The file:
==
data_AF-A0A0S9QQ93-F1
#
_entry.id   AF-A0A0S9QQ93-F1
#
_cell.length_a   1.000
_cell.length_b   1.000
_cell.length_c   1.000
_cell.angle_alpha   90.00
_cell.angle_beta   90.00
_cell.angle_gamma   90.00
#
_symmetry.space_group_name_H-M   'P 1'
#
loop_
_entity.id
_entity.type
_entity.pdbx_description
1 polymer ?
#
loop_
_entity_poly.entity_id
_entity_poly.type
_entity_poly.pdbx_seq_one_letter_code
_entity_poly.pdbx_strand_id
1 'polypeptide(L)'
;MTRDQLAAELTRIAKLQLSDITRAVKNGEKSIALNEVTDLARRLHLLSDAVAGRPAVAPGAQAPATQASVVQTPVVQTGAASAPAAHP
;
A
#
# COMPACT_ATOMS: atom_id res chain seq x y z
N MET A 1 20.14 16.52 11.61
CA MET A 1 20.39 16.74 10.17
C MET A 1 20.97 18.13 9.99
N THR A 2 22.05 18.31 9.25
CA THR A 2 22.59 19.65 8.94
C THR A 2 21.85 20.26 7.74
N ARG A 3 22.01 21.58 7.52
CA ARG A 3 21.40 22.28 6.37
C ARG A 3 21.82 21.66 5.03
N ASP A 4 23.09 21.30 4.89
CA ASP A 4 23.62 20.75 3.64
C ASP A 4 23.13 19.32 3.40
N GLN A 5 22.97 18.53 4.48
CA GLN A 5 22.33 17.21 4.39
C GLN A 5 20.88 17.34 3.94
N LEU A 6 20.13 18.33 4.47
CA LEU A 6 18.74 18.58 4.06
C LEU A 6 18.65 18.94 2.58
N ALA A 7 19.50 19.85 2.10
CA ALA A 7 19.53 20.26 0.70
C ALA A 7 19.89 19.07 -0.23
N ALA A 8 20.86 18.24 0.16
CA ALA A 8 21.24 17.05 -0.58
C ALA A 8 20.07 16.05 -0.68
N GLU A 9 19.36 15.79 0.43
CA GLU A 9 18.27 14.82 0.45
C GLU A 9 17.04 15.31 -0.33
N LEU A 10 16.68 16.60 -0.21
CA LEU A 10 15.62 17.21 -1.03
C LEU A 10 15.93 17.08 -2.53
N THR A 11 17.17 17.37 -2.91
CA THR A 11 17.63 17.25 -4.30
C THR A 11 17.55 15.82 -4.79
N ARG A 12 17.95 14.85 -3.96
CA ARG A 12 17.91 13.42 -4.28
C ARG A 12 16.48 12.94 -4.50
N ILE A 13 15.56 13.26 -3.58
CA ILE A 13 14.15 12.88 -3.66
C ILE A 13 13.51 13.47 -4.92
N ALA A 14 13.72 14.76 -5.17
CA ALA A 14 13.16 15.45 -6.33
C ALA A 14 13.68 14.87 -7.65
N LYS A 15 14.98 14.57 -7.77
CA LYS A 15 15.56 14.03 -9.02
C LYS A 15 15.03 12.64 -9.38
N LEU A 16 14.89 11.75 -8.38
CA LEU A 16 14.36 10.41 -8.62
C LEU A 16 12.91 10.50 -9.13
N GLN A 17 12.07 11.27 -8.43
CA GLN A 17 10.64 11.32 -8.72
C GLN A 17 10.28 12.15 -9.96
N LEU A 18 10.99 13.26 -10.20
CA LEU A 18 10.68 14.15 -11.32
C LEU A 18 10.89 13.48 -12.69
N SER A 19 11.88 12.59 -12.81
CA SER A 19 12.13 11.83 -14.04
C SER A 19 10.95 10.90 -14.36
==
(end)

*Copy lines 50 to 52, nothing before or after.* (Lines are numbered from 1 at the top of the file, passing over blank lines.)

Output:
CA ALA A 7 19.53 20.26 0.70
C ALA A 7 19.89 19.07 -0.23
N ALA A 8 20.86 18.24 0.16